Jeremy Lewis

What Adam Told Eve

The New Oxford Book of Literary Anecdotes

By

Oxford University Press 384pp £16.99 order from our bookshop

Back in the 1970s, James Sutherland prompted a flurry of Oxford anthologies with his hugely successful Oxford Book of Literary Anecdotes. Though much admired at the time, it was, as far as the lay reader was concerned, a fairly tedious piece of work, in that too many of the extracts were from obscure writers of the eighteenth and early nineteenth centuries – which made sense in terms of copyright fees, but lent a somewhat antiquarian flavour to the proceedings. Taking us all the way from Chaucer and Thomas More to Jeanette Winterson and J K Rowling, John Gross’s replacement volume is a good deal broader in its scope (he is particularly strong on the Victorians and Edwardians, and includes American and Commonwealth writers as well as British), but it, too, is a curiously disconcerting volume, at least on first acquaintance.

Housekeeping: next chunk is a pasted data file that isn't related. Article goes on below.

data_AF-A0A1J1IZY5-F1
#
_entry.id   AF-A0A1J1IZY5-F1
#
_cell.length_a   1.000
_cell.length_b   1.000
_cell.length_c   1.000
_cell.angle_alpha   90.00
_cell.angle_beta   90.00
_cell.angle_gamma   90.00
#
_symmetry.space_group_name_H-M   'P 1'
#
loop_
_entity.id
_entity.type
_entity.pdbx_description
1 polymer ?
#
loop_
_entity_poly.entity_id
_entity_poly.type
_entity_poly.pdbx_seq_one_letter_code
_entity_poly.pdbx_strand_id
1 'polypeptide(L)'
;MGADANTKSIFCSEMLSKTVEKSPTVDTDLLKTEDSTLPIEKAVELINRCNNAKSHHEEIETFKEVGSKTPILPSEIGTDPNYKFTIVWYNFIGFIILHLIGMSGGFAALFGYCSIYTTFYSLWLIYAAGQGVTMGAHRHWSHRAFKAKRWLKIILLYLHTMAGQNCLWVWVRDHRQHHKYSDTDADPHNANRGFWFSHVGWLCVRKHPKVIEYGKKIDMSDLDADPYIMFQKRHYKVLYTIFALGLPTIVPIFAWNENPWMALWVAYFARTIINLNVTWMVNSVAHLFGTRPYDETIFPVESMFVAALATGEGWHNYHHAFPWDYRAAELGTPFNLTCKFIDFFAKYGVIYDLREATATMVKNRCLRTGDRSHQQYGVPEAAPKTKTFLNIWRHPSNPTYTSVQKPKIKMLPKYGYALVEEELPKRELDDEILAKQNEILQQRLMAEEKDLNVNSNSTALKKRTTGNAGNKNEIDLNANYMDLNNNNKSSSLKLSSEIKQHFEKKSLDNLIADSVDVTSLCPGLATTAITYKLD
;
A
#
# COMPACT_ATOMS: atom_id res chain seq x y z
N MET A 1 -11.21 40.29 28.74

Sign Up to our newsletter

Receive free articles, highlights from the archive, news, details of prizes, and much more.

Follow Literary Review on Twitter

  • Last Tweets

    • The entertaining Howard Jacobson is in conversation with Prof John Mullan at the Queen’s Park Book Festival on Sund… ,
    • 'A modest and retiring man, Thompson spent his life describing apple varieties and recommending the best – Ribston… ,
    • 'Macfarlane is a poet with the instincts of a thriller writer, an autodidact in botany, mycology, geology and palae… ,
    • 'Some scholars attribute Shakespeare’s pre-eminence to four centuries of propaganda and not to the fact that Hamlet… ,
    • RT : We would appreciate any retweets ,
    • We've just stumbled on a gem from the LR archive. The emoluments page from May 1995, in which one reviewer asked to… ,
    • Unlike Mary Shelley's monstrous creation, Jeanette Winterson's Frankenstein-inspired novel feels 'barely alive', sa… ,